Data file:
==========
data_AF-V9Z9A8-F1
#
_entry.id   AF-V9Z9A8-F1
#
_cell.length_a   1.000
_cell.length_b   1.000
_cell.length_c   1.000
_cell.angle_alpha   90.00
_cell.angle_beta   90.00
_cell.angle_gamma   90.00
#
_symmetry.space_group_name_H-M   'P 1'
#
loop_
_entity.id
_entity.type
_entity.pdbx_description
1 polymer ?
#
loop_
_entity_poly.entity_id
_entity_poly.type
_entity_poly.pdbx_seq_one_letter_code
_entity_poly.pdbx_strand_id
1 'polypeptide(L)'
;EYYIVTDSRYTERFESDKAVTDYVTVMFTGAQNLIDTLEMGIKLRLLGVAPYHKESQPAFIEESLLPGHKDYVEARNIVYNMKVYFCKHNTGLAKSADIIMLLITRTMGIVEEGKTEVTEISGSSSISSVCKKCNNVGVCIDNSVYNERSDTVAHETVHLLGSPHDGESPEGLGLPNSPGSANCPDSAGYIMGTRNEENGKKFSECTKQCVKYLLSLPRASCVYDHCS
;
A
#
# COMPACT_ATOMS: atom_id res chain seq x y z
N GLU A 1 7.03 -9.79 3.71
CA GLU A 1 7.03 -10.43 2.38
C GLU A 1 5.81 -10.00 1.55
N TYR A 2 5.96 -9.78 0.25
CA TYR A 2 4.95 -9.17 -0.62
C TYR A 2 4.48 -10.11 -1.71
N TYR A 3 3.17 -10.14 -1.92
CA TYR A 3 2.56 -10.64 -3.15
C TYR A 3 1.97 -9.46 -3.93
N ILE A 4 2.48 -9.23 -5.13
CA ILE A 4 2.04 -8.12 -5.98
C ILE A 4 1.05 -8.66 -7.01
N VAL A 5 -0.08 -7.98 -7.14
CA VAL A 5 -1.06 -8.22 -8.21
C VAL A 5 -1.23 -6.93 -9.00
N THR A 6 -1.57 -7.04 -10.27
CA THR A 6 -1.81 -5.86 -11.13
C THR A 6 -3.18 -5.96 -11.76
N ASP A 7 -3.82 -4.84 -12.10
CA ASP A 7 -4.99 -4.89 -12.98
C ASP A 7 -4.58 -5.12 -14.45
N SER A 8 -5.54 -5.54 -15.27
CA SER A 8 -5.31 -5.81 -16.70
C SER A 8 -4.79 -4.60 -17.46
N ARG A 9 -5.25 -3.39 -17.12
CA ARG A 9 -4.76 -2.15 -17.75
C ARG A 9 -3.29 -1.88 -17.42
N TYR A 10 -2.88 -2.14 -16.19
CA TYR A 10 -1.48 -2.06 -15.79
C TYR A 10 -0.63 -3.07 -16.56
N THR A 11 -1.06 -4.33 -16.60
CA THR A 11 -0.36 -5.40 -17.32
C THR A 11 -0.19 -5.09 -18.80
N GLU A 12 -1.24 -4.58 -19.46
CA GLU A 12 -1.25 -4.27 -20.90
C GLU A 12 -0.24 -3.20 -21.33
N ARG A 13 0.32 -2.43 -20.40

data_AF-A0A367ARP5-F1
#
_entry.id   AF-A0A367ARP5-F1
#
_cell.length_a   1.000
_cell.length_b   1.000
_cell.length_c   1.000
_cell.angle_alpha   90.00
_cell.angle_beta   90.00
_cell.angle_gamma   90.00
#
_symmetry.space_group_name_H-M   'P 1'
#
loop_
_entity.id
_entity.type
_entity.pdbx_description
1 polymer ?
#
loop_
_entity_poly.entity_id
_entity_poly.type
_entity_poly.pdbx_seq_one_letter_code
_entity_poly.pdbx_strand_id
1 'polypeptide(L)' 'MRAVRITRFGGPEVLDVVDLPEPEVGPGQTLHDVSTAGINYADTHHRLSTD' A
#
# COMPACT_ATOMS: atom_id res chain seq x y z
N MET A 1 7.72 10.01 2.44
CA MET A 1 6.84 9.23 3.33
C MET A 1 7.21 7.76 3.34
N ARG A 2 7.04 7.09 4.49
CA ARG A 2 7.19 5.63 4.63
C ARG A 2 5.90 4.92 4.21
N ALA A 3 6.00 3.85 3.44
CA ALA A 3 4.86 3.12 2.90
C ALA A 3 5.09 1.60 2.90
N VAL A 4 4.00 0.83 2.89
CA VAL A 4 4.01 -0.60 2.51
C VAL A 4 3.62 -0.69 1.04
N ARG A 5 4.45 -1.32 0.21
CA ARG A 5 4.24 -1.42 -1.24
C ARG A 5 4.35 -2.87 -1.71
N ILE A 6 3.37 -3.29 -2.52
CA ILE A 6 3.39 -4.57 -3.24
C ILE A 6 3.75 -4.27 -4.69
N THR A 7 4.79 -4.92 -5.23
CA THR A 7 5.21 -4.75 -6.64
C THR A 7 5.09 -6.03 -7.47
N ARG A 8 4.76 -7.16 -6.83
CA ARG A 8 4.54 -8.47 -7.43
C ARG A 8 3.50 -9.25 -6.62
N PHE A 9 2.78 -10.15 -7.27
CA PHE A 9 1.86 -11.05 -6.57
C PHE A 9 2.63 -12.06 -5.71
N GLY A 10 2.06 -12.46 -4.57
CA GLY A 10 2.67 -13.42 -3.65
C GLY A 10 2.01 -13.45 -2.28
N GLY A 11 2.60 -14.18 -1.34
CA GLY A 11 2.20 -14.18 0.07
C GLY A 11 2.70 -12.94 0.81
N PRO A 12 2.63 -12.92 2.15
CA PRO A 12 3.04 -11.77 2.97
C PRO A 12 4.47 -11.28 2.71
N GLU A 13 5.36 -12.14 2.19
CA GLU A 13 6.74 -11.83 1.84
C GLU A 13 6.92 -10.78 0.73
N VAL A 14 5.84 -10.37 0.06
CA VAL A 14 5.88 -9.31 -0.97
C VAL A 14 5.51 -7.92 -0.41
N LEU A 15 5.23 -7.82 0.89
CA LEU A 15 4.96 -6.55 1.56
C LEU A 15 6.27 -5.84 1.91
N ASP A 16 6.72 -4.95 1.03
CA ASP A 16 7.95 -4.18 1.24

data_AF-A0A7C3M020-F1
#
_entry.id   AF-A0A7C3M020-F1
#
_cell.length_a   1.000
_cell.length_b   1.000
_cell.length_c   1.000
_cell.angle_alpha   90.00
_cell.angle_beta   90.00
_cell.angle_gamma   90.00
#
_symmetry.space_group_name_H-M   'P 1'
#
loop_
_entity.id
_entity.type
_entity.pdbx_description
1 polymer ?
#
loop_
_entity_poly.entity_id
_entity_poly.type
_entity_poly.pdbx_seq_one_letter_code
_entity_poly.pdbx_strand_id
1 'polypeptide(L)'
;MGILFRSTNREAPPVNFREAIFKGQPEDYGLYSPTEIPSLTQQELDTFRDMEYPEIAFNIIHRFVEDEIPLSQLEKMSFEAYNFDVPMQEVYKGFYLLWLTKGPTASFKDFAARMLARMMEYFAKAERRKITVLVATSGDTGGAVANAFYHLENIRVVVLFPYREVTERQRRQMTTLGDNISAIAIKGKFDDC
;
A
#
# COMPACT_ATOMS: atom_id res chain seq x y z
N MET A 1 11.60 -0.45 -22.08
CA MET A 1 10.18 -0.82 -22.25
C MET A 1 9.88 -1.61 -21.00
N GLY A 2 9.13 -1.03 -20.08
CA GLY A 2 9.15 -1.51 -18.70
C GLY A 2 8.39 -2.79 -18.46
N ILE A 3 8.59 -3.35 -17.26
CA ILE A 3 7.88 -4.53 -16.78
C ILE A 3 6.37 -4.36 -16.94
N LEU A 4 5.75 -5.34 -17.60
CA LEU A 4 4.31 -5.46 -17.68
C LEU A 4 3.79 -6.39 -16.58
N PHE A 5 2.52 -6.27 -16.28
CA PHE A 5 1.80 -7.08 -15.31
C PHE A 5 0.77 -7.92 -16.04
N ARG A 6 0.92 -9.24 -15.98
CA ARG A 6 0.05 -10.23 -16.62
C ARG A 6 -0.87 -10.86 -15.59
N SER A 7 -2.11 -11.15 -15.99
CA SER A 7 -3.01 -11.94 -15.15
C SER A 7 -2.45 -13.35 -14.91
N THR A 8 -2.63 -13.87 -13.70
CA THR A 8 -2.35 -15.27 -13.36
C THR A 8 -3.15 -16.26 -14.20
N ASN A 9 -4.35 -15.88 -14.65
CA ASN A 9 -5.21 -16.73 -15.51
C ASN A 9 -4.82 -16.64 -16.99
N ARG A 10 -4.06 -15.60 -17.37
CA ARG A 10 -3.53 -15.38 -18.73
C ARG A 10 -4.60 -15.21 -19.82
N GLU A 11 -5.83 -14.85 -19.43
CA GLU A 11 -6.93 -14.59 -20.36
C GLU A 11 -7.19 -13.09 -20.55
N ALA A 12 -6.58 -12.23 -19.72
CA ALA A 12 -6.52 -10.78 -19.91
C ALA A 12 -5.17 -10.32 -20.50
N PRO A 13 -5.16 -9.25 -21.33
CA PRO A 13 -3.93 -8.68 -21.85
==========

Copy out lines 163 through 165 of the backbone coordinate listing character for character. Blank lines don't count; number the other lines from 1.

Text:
_entity_poly.type
_entity_poly.pdbx_seq_one_letter_code
_entity_poly.pdbx_strand_id